Headland responded “Well, I love that interview that Mark Hamill [did], where he says, “If Luke is gay to you, then of course he’s gay.” That’s such a strong, beautiful thing for him to say. ” She continued, “… That being said, as somebody that is a lesbian, every time I see gay or queer representation in media, I scream with happiness. There is just nothing like seeing that out in the world. I literally was behind two mothers with their children at the airport and I was crying. It is so unusual to see it. And as someone that was raised very religiously and very heteronormatively, I mean, I could almost get emotional talking about it now.”

 

When discussing other Disney films and the messages they can convey beneath the surface, she refers to Frozen,… even stories that are coded queer, like Frozen, a movie that would have changed my entire life if I’d seen it when I was eight. I think I would have had a completely different experience in the world, if I’d seen that movie when I was younger. When I sat in the theater, it was like, “I’m 32, I’m miserable.” I saw it with my sister and was like, “We’re going to see this movie. I heard it’s good. We’re going.” Then it was just waterworks.”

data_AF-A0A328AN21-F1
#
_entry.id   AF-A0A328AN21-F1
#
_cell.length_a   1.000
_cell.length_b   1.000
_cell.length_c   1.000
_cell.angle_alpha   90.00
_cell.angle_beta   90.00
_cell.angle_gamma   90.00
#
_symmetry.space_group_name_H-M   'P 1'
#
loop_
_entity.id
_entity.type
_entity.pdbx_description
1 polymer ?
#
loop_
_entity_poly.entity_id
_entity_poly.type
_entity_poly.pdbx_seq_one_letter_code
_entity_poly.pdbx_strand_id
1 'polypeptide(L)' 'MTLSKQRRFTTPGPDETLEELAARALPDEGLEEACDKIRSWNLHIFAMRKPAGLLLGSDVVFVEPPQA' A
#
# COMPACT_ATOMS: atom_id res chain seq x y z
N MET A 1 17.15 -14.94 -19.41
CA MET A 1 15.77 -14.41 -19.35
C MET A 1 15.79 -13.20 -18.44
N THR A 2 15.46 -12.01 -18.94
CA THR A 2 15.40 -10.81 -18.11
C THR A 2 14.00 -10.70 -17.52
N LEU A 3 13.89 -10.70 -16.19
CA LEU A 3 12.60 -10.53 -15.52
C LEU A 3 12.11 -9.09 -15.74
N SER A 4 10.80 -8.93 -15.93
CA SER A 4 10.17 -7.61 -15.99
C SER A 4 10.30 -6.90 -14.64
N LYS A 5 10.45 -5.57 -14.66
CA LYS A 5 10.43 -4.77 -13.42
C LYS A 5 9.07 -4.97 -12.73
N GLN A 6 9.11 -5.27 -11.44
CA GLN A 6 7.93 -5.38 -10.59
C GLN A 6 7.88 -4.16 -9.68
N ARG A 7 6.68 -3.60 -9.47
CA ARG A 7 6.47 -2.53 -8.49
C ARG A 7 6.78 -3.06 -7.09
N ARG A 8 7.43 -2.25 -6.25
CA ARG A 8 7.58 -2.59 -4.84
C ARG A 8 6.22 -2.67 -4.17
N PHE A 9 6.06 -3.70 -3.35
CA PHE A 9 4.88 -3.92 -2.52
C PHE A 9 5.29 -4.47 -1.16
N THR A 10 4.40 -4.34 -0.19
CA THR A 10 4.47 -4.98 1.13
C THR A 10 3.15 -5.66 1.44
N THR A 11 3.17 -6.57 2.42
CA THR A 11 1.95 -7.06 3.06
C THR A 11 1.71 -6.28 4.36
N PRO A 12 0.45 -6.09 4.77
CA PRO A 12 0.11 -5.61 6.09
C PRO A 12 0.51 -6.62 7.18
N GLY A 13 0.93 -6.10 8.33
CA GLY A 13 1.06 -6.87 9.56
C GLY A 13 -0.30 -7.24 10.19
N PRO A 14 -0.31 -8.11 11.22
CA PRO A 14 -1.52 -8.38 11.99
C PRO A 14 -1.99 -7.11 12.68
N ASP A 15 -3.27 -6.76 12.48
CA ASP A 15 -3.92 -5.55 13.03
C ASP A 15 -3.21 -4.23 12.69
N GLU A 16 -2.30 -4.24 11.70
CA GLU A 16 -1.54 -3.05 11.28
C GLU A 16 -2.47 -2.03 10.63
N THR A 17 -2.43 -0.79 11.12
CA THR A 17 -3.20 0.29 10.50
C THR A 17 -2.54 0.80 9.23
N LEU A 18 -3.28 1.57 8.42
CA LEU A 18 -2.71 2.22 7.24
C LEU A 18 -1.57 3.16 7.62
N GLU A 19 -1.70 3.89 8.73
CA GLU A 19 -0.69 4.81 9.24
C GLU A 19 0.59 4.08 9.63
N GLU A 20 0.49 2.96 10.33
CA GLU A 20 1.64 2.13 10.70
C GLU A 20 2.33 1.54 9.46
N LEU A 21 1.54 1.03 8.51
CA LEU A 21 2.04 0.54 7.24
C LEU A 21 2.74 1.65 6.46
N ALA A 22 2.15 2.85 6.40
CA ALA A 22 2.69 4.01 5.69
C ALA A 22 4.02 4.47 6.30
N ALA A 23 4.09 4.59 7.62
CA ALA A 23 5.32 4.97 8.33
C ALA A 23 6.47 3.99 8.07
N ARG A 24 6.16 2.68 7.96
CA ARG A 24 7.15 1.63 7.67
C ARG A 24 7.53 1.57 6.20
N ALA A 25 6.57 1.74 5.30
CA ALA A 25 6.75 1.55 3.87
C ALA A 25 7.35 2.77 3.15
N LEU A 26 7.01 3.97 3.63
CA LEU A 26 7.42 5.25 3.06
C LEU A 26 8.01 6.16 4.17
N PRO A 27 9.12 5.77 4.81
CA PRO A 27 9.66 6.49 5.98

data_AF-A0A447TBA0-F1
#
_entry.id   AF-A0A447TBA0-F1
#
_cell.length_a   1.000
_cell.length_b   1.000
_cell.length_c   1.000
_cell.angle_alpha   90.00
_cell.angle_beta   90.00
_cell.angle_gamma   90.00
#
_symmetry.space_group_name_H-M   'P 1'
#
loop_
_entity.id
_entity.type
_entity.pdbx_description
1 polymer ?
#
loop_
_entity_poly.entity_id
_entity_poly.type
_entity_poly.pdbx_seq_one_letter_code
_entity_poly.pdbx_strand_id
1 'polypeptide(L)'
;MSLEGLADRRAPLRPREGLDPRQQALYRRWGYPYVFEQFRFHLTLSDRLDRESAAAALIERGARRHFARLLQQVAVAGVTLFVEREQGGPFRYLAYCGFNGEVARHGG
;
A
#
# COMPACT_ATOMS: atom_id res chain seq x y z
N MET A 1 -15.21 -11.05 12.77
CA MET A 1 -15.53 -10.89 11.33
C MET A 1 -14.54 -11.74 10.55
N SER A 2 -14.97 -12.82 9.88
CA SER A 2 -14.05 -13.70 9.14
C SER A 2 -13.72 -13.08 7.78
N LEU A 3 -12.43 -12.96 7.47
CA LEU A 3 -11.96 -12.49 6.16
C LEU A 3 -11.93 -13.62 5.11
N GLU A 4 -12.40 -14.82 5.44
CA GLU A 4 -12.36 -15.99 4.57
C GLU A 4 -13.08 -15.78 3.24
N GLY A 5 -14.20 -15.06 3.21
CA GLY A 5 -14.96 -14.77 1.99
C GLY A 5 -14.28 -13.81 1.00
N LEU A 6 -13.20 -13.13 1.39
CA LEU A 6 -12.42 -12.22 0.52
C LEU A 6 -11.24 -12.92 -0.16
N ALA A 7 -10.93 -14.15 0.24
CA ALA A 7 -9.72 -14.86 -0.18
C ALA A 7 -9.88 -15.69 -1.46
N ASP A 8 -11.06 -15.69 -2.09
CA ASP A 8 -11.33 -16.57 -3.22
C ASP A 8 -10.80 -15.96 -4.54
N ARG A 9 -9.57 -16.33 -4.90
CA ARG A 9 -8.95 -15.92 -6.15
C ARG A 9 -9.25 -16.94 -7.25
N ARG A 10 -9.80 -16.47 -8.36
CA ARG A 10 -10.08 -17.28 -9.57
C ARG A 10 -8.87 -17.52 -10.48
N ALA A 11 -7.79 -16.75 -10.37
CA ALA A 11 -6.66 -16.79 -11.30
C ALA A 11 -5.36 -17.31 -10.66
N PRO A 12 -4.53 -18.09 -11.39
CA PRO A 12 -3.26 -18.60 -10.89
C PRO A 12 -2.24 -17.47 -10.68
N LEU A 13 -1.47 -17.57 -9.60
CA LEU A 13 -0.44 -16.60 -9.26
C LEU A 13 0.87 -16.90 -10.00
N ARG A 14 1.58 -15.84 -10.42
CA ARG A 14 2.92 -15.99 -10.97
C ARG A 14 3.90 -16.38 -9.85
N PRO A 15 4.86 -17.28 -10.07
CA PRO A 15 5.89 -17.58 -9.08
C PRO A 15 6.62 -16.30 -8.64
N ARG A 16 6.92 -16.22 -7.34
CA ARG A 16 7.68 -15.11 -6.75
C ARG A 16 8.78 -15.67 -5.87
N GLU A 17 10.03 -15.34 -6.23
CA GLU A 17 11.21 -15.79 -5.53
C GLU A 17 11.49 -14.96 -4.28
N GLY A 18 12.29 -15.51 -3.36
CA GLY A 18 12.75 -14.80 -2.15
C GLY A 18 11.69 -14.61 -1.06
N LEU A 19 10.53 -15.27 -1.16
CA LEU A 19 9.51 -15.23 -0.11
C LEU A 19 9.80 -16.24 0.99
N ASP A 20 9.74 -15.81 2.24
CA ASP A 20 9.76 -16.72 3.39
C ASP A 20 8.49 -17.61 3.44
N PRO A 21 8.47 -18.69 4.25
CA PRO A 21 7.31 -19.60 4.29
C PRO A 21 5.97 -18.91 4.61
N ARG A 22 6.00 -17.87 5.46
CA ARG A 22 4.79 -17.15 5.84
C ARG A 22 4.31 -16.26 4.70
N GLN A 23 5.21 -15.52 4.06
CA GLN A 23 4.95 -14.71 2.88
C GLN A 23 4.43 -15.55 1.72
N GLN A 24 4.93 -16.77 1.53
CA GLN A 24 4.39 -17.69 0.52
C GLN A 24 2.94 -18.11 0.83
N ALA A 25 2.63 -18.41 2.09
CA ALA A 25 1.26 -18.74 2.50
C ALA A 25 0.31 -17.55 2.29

Further into the interview, Headland reveals that seeing who can be queer in Star Wars was sort of an ice-breaking exercise in their writers’ room. “I look back at the way that I consumed Star Wars and the types of characters that I gravitated toward and wrote fan fiction about or identified with, could they be seen as gay or queer characters? Probably. I mean, one of the things we did in our writers’ room to kind of break the ice was ask who’s your favorite Star Wars character? And you could tell that people, when I said mine, they were like, “Yeah, well, you’re gay. That’s because you’re gay.” But it’s true.”